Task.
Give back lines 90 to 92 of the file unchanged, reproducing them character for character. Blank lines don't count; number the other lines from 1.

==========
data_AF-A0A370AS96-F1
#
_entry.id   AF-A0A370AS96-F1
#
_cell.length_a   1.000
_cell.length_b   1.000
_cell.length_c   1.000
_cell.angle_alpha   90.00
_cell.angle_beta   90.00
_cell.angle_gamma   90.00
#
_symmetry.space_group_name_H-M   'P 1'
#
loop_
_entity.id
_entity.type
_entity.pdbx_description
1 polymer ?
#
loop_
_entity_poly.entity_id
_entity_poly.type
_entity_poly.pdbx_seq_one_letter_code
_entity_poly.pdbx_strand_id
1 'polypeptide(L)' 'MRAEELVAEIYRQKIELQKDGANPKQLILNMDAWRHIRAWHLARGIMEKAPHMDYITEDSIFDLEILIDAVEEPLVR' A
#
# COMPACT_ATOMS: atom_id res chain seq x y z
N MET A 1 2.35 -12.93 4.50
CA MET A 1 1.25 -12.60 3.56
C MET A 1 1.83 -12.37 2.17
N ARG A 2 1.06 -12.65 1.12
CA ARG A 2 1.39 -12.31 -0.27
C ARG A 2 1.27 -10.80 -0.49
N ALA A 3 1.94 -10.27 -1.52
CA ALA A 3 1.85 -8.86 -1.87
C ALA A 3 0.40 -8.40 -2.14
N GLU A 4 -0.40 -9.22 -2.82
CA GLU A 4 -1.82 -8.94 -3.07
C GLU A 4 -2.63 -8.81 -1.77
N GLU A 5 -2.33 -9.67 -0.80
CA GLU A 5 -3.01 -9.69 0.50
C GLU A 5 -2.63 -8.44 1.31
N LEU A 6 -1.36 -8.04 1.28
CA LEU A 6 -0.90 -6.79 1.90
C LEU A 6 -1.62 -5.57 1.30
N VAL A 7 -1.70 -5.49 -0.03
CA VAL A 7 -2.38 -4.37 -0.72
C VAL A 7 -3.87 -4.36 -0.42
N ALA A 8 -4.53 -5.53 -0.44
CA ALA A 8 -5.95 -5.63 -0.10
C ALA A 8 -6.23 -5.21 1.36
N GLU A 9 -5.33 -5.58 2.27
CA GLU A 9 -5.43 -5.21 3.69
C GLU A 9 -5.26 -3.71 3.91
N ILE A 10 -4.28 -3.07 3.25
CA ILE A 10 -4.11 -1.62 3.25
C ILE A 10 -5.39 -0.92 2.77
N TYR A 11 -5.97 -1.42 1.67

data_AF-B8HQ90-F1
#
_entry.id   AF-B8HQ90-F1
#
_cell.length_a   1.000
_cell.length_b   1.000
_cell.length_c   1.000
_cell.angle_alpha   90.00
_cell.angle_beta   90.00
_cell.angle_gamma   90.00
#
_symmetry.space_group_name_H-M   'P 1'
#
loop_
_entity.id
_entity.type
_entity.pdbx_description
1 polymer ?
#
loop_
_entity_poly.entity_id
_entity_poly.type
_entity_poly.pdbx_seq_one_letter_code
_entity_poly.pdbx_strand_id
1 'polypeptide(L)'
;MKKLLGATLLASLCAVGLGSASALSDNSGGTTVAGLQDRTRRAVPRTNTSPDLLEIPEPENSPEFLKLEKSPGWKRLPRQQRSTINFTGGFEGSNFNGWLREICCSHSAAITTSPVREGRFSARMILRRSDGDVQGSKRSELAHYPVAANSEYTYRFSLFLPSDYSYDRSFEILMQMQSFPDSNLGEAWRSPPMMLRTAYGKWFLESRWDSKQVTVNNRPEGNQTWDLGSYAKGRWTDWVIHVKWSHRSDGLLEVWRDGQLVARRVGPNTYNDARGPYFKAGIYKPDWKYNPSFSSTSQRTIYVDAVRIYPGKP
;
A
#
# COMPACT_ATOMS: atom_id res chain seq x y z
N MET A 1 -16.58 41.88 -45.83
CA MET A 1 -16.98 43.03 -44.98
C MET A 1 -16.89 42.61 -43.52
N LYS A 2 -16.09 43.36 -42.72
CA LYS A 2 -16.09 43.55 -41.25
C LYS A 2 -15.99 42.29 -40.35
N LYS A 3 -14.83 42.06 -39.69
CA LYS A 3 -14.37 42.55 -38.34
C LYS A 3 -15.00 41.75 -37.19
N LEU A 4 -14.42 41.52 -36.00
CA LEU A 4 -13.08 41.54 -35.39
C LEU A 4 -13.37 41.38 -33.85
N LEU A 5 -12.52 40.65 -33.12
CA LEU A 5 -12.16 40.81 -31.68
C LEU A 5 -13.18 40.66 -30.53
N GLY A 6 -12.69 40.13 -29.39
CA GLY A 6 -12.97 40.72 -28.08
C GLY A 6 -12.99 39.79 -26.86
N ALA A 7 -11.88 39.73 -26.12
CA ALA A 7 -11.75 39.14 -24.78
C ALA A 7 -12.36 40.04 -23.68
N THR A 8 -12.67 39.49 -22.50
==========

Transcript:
CA MET A 1 -16.98 43.03 -44.98
C MET A 1 -16.89 42.61 -43.52
N LYS A 2 -16.09 43.36 -42.72